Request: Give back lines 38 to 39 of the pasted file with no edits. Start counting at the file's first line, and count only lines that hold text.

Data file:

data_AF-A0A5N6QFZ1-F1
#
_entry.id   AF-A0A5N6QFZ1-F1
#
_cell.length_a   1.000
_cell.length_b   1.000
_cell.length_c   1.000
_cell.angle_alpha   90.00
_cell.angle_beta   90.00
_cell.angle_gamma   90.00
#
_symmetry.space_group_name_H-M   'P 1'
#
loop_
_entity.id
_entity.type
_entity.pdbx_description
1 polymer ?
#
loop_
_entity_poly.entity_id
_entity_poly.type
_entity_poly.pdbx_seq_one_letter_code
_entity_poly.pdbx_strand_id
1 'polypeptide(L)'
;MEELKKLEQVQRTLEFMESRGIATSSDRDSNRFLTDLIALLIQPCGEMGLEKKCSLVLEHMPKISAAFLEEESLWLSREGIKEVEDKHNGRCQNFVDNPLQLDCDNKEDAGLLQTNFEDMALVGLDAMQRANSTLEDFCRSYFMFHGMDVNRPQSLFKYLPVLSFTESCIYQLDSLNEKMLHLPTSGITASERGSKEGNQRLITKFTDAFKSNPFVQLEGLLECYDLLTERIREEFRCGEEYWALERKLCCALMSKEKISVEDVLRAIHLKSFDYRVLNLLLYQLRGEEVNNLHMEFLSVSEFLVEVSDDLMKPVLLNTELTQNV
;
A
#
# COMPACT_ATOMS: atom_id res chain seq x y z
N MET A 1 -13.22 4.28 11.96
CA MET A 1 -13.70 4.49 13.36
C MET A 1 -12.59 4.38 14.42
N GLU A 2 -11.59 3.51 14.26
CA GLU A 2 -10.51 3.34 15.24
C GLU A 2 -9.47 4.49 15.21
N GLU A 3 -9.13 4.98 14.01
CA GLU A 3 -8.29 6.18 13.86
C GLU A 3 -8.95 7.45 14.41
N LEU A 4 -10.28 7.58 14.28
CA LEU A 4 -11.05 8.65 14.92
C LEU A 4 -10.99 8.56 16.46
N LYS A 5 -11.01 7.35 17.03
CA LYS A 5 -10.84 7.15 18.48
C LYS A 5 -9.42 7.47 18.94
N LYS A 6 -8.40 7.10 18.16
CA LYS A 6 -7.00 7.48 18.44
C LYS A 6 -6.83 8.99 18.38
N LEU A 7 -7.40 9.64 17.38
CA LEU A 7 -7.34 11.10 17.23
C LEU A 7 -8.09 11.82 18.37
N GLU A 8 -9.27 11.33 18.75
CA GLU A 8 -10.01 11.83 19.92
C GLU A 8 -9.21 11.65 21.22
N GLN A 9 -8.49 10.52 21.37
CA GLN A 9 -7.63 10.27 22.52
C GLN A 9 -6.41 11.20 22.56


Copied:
CA GLU A 3 -8.29 6.18 13.86
C GLU A 3 -8.95 7.45 14.41